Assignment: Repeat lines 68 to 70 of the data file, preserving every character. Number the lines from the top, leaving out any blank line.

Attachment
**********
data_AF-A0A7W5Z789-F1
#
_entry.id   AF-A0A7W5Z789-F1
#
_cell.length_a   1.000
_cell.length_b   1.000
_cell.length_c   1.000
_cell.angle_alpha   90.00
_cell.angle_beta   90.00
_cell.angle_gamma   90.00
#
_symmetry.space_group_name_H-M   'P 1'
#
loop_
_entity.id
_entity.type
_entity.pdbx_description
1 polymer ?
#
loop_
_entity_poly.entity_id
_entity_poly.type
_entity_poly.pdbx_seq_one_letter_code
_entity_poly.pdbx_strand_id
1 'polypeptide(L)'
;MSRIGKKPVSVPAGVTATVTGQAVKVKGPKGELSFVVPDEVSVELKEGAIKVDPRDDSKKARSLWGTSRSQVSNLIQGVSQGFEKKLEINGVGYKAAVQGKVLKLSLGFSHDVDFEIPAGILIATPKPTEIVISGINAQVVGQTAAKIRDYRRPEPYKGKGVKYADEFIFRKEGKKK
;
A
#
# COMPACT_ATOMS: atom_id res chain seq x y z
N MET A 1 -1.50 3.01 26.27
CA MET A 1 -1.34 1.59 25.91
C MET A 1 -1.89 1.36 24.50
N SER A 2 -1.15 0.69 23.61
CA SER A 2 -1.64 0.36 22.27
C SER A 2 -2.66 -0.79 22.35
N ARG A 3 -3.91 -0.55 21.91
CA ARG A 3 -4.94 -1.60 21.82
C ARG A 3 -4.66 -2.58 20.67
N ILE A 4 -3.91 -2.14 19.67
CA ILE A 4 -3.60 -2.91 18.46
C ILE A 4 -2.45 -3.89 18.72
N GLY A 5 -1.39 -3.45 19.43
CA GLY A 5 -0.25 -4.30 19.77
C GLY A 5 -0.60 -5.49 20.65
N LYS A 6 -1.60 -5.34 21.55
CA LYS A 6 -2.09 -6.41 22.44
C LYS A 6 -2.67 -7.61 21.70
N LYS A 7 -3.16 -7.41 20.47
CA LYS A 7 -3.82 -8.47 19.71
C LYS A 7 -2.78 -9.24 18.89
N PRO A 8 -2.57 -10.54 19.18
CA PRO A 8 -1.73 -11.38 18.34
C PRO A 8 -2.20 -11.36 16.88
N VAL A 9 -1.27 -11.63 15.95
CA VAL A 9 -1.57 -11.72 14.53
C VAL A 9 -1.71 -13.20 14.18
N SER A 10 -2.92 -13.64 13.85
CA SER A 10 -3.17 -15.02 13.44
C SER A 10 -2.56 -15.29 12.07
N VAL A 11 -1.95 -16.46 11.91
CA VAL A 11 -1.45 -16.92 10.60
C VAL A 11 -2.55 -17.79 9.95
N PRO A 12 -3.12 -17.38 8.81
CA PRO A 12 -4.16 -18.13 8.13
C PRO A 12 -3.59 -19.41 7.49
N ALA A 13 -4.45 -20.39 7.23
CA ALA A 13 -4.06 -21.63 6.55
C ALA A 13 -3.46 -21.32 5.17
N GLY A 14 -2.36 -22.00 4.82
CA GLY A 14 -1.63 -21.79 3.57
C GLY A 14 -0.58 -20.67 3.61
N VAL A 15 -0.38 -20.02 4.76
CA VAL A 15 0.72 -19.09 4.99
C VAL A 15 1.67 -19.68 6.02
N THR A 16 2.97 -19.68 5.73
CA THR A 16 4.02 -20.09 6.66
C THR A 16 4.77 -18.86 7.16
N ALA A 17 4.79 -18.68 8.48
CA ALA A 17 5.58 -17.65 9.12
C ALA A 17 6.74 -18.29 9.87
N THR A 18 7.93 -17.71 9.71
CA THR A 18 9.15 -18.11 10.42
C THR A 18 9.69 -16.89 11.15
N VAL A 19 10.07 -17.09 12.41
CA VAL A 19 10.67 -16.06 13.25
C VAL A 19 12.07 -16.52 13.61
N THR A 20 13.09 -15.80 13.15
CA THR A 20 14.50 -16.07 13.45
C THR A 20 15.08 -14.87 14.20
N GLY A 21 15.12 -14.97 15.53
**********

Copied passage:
CA ALA A 13 -4.06 -21.63 6.55
C ALA A 13 -3.46 -21.32 5.17
N GLY A 14 -2.36 -22.00 4.82